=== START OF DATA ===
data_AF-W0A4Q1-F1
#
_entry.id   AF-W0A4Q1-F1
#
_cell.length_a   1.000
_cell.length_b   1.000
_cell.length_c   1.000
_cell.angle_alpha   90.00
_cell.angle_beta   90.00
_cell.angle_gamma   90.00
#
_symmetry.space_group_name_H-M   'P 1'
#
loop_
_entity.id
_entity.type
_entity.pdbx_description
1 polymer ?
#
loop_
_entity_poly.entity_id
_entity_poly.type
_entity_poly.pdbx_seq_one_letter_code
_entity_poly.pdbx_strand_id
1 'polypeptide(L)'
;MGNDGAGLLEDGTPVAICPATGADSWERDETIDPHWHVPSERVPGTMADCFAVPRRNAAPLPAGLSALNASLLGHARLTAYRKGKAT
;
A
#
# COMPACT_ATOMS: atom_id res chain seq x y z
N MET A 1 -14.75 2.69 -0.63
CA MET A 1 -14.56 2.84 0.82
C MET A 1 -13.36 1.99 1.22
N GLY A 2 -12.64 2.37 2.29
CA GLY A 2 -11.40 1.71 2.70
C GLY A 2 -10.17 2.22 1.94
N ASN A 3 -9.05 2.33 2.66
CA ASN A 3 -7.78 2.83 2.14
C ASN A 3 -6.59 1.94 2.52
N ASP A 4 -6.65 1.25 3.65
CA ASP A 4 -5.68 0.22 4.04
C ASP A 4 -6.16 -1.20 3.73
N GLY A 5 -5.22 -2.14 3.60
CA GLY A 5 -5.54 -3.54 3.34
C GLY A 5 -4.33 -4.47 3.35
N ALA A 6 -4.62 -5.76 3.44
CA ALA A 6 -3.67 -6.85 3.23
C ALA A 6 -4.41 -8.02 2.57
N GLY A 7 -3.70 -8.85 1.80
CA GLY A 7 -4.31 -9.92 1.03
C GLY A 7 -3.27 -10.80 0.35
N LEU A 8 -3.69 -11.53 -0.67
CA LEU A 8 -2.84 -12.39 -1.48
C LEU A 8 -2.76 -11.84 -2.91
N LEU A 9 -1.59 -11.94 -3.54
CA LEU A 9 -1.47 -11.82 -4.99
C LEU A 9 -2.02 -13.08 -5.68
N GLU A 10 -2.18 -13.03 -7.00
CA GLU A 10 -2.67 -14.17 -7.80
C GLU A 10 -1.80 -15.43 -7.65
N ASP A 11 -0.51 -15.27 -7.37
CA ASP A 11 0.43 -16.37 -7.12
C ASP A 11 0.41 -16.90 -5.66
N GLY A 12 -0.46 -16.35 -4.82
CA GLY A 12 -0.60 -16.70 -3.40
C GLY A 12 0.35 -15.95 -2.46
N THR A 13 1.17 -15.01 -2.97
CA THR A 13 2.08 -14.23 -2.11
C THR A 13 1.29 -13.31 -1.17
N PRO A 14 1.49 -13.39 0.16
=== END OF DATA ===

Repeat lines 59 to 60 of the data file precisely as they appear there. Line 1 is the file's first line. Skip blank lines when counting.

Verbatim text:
CA GLU A 10 -2.67 -14.17 -7.80
C GLU A 10 -1.80 -15.43 -7.65